279 F.2d 822: Louis Gagliasso, Jr., Appellant, v. Dr. Reginald S. Rood, Supt. Atascadero State Hospital,atascadero, California, Appellee
United States Court of Appeals Ninth Circuit. - 279 F.2d 822
Decided June 21, 1960, Rehearing Denied July 14, 1960
Louis Gagliasso, Jr., in pro. Per.
Stanley Mosk, Atty. Gen., Arlo E. Smith, Deputy Atty. Gen., John S. McInerny, Deputy Atty. Gen., for appellee.
Before CHAMBERS, HEALY and JERTBERG, Circuit Judges.
Appellant, Louis Gagliasso, Jr., was charged in 1951 with the crime of murder in the Superior Court of the State of California, in and for the City and County of San Francisco. To that charge he entered pleas of not guilty and not guilty by reason of insanity. He waived trial by jury. The court, sitting without a jury, found appellant to be insane at the time of the commission of the offense, and in August of 1951 appellant was sentenced to a California state hospital for the insane. Appellant is presently confined at a California state hospital located at Atascadero, California. On September 18, 1959 appellant filed a petition for writ of habeas corpus in the United States District Court for the Southern District of California, Central Division. Appellant alleges in such petition that he filed a petition for a writ of error coram nobis with the sentencing court; that such petition was denied, and that no appeal therefrom was taken. It is further alleged that appellant filed a petition for writ of habeas corpus in the District Court of Appeal for the State of Califonia, Second Appellate District, in July 1959, which petition was denied, and that thereafter appellant filed a petition for writ of habeas corpus with the Supreme Court of the State of California, which petition was likewise denied. Section 1026a of the California Penal Code provides for a method of reexamining the question of sanity after a commitment of the kind involved in this case. It appears from the appellant's opening brief that in 1953 appellant's sanity was reexamined in a hearing before the Superior Court of the State of California, in and for the County of Mendocino. Following such examination the said court found appellant to be still insane. In 1955 his sanity was again reexamined by the Superior Court of the State of California, in and for the County of San Luis Obispo, and said court again found appellant to be still insane.
It nowhere appears in the record that appellant sought certiorari from the Supreme Court of the United States.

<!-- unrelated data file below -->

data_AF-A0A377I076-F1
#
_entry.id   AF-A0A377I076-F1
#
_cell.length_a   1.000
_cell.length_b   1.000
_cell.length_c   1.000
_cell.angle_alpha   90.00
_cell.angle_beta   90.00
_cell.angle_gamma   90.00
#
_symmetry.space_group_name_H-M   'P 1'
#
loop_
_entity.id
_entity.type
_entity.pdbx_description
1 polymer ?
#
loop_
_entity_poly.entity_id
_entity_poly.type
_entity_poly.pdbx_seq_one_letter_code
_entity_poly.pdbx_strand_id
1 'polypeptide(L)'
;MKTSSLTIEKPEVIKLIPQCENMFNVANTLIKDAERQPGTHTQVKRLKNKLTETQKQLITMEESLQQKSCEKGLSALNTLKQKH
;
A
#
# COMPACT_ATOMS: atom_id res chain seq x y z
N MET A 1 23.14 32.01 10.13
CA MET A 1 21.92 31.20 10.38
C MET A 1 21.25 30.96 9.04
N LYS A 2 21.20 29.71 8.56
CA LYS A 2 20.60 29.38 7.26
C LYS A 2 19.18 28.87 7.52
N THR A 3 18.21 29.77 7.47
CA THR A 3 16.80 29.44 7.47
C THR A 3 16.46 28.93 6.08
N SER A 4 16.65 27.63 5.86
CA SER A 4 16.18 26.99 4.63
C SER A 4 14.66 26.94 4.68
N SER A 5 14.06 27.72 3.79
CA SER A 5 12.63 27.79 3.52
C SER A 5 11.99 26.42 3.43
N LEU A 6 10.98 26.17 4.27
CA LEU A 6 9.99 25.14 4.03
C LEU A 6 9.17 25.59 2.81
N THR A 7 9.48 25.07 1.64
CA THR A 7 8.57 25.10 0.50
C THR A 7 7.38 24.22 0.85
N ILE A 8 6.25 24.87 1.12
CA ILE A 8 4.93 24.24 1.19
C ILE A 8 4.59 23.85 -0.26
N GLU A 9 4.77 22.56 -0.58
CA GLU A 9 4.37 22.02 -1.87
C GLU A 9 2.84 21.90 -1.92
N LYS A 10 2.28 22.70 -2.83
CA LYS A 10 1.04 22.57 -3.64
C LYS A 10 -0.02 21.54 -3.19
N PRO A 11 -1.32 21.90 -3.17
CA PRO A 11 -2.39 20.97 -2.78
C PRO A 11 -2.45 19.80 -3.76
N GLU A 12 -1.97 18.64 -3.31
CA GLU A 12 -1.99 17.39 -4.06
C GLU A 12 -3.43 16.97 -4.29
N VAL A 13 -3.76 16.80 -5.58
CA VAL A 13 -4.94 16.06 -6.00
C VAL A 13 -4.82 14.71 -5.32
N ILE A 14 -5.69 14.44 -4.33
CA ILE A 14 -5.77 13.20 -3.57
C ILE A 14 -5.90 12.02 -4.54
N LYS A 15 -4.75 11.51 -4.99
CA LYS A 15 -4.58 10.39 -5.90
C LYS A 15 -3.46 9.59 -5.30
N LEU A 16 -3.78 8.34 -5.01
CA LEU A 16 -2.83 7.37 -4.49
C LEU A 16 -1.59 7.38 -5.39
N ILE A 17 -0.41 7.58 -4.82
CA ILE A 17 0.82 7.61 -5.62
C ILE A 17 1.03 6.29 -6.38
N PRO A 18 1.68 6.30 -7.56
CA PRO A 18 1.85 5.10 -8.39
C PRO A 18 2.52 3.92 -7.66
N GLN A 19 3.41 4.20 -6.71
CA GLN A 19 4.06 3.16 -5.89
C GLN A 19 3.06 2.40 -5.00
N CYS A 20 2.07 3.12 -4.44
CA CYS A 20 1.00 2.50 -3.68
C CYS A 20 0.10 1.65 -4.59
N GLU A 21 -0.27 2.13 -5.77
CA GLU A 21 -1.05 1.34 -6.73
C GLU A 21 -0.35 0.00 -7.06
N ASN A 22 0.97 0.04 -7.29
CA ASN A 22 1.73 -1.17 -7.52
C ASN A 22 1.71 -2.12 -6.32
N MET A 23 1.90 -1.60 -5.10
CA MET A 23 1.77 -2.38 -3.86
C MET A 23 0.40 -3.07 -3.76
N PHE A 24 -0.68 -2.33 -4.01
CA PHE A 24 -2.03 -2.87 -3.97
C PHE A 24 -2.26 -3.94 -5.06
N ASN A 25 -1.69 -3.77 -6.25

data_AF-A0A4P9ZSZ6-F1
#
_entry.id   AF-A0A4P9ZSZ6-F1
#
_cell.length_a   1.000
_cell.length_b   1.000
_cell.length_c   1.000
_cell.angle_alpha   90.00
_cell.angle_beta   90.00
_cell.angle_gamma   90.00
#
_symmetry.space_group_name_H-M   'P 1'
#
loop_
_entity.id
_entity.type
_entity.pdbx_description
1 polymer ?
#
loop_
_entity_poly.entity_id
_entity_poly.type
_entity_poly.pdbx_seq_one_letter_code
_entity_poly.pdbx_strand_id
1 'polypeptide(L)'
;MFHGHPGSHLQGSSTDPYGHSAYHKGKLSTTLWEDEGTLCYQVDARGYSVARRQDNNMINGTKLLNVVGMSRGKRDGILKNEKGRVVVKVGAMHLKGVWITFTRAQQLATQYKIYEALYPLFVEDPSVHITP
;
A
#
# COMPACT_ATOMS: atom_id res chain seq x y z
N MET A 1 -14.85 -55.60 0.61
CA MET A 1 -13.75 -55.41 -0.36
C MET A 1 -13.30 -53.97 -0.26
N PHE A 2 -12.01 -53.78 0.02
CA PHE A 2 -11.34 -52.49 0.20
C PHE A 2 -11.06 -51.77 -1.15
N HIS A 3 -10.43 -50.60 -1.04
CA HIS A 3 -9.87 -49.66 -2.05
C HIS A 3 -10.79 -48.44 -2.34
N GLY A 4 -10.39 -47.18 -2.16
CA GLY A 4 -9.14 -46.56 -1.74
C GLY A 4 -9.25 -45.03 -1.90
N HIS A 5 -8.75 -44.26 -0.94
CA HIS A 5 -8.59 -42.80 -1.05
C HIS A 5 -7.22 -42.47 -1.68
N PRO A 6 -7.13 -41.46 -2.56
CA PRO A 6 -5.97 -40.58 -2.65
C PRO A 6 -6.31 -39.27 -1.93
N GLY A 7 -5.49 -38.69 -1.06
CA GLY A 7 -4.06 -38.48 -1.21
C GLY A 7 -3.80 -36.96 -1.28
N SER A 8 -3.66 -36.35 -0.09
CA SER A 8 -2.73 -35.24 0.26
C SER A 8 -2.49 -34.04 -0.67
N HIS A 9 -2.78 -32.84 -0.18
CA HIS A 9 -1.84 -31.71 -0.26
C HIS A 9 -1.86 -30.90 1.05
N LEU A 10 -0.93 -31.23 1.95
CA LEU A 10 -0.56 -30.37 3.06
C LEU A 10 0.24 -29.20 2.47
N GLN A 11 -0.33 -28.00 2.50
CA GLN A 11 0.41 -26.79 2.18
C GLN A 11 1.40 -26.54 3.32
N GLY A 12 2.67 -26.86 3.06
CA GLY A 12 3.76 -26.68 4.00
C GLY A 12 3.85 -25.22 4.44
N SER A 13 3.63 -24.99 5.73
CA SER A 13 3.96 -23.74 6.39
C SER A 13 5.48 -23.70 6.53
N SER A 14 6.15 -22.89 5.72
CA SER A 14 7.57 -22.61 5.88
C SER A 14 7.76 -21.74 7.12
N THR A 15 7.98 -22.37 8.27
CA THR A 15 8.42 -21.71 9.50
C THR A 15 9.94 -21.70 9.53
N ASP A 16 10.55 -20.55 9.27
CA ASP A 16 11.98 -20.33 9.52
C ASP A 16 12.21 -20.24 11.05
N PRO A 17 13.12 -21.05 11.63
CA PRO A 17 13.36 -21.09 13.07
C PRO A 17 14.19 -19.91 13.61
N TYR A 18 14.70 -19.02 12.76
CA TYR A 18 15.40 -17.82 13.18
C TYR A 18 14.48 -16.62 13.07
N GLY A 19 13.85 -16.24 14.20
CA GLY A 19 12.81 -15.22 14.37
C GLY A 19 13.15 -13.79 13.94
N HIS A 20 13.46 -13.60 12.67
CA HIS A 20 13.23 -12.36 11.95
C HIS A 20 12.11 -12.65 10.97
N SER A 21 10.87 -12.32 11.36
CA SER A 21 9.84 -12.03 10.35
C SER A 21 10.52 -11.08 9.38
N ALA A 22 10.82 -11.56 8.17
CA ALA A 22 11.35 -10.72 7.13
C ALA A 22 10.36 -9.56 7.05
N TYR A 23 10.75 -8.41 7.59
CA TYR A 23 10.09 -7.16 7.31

In the petition for a writ of habeas corpus filed in the United States district court appellant alleges that he is illegally incarcerated by the State of California because extrinsic fraud was practiced upon him during his trial in the state court in 1951. Appellant alleges that this fraud induced him to enter a plea of not guilty by reason of insanity, and that the fraud consisted of representations made to him by the prosecuting attorney that appellant was of unsound mind and was suffering from mental illness.
The district court dismissed appellant's petition without hearing on the ground that appellant had not exhausted his state remedies by applying to the United States Supreme Court for a writ of certiorari to review the judgment of the California Supreme Court denying appellant's petition for habeas corpus in August 1959.
On this appeal we are confronted by the fact that there is nothing in the record to disclose appellant applied for or received a certificate of probable cause from the district court. In the absence of such a certificate by the district court or by a Judge of this Court, the Court of Appeals is without jurisdiction to hear the appeal.1 Despite the absence of the required certificate of probable cause, we will in this case treat the papers filed by the appellant as an application to this Court for such certificate, in view of the facts that appellant has appeared in propria persona and that the record is before us, the district court having granted appellant the right to prosecute this appeal in forma pauperis, without the prepayment of fees, costs, or security therefor.
An examination of the record clearly discloses that appellant has not exhausted his state remedies. If the state remedy has not been exhausted, including appeal to the state's highest court and the appeal to the United States Supreme Court for a writ of certiorari, the writ should ordinarily not issue. Darr v. Burford, 1950, 339 U.S. 200, 70 S.Ct. 587, 94 L.Ed. 761; White v. Ragen, 324 U.S. 760, 65 S.Ct. 978, 89 L.Ed. 1348; Dickson v. Castle, 9 Cir., 1957, 244 F.2d 665.
Under the record in this case we decline to issue a certificate of probable cause. Appellant's appeal is dismissed.